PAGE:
What To Look for When Buying a Waterproof Tent

With summertime fast approaching, you may be planning your family’s big trip. Perhaps this year you are considering a new kind of adventure: camping. There’s just one problem: You don’t own a tent, and you haven’t been camping since your parents sent you to a week-week-long scout camp in fourth grade. Because you want to give your family a different kind of vacation, one free of theme parks, smartphones, TV and video games, you want to feel confident you are buying a tent that can go the distance. You do not want the weather to dampen this trip in any way, especially in the literal sense. What follows are some tips and things to look for when buying a waterproof tent.

Know the Weather

Summertime weather patterns vary, depending of course on what part of the country you happen to be in. Typically, most states experience a somewhat unpleasant summer of sweltering temperatures peppered with high humidity. Sometimes, it can be days of over 100 degrees with the one-two punch of sun and crushing humidity. Then a somewhat good thing happens to rain. In many states, the rain can last for anywhere from an hour to a day. At times, the rain seems to go on for days before it ends and the cycle repeats. This kind of summer weather pattern is typical in the United States. Check the forecasts for the area you are considering camping in so you are fully prepared for what Mother Nature may have in store for your trip.

Things To Consider When Choosing a Waterproof Tent

You’ve got your family on board with your camping plans. They are actually looking forward to the trip. You’ve checked the weather and know what you are in for. Now it’s time to get the proper tent. In the quest for the “just right” tent for your family, there are a few things you need to consider:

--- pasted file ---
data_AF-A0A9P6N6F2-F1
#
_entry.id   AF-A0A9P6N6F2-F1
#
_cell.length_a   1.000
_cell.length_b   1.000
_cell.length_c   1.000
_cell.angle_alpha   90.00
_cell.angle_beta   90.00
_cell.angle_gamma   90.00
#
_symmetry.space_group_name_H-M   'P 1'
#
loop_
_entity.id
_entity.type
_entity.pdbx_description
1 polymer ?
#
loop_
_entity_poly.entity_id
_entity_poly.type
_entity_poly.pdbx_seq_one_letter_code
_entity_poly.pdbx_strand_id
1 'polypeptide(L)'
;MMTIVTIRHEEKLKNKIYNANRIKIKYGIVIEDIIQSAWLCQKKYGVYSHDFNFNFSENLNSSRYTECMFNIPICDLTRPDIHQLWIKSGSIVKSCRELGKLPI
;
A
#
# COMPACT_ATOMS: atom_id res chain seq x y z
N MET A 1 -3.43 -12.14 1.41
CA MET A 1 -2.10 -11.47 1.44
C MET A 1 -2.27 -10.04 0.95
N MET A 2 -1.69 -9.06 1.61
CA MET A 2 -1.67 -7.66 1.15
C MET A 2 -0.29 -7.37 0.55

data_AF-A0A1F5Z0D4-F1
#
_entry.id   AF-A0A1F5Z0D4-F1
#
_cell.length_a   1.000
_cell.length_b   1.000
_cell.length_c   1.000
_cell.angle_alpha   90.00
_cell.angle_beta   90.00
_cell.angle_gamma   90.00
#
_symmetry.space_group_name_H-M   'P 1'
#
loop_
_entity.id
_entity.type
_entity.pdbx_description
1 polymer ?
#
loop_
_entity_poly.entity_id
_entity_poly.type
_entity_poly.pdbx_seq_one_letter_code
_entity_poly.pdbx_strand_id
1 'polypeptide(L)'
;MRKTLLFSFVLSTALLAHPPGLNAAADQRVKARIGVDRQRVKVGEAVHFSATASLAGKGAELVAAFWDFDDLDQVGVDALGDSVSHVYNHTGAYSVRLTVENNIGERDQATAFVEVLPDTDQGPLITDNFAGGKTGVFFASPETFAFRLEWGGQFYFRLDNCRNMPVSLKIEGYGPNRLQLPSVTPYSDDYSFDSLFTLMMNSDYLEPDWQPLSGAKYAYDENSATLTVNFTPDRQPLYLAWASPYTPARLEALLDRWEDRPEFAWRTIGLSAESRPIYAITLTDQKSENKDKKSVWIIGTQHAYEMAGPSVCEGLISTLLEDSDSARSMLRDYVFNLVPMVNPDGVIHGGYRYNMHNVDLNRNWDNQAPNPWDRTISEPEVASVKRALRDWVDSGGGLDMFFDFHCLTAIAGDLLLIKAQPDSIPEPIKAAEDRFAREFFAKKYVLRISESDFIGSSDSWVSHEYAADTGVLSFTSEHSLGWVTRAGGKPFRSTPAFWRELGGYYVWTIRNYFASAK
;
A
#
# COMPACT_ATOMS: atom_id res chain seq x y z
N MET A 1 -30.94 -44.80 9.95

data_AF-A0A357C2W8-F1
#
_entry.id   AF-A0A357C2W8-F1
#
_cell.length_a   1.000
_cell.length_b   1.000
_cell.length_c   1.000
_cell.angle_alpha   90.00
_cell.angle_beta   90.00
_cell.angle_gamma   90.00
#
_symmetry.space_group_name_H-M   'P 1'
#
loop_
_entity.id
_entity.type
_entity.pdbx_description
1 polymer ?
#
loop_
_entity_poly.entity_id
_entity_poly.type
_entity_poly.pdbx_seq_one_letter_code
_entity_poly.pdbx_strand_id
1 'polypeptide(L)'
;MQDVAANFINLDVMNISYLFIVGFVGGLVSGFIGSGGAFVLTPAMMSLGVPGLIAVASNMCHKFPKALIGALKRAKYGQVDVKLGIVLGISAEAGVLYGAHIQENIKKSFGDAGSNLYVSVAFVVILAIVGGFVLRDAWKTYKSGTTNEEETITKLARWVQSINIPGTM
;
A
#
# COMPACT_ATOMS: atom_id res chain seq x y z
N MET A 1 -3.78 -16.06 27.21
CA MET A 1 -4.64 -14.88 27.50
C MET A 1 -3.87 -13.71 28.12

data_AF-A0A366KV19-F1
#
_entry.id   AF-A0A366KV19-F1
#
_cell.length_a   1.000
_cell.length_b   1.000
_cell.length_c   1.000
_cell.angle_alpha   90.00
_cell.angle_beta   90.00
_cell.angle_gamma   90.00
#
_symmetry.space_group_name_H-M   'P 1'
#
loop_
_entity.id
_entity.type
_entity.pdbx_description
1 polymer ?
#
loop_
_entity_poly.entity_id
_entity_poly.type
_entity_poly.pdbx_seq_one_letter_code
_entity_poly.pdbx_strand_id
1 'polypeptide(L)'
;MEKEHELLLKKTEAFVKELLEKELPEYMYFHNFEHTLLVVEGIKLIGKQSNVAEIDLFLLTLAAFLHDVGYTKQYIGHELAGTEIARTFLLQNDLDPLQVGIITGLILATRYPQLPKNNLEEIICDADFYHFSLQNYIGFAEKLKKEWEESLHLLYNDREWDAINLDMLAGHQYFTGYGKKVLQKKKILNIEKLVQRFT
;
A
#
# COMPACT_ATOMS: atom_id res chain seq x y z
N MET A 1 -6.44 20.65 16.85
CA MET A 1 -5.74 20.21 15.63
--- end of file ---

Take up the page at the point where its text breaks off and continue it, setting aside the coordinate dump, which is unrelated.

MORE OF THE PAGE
• Size
  • Fabric
  • Ventilation
  • Weight
  • Assembly

1. Size Matters

If you’ve looked online at tents or ventured into a camping store, you’ve probably noticed there are a ton of options to choose from. In order to not be too overwhelmed with choices, one of the first things to consider is the size of the tent that fits your family. You may be tempted to get the three-room tent that sleeps 12, and that might be a good idea if your family size warrants it. Guidelines on tents can seem a little difficult to follow. A four-person tent will sleep four people, but it may not fit much else. If you only have four people, you don’t necessarily want the dead, empty space that will be left if you get the three-room mansion tent.

Room to Store Suppplies

There is something to be said about having a little room to breathe in the tent. You also need to consider how and where you want to store your supplies. Look for a six-person tent or perhaps even an eight-person tent for a party of four. Since you don’t want to be sleeping on top of gear or each other, plan for at least two people more than your actual party size.

2. Fabric Choice Is Key

Tents are made from different materials based on the season you are camping in. When shopping for a waterproof tent, you want to pay close attention to the fabric. Not only does the type of material affect its ability to keep rain out, but it also impacts the weight and ventilation of the tent. The heavier and more durable the material, the more likely it is to be waterproof and less prone to shredding in wind and inclement weather. You want to single out tents made from either polyester coated in polyurethane, nylon, poly cotton or PVC coated canvas. These tents may cost more, but will be worth it when inclement weather strikes.

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3. Be Sure There’s Enough Ventilation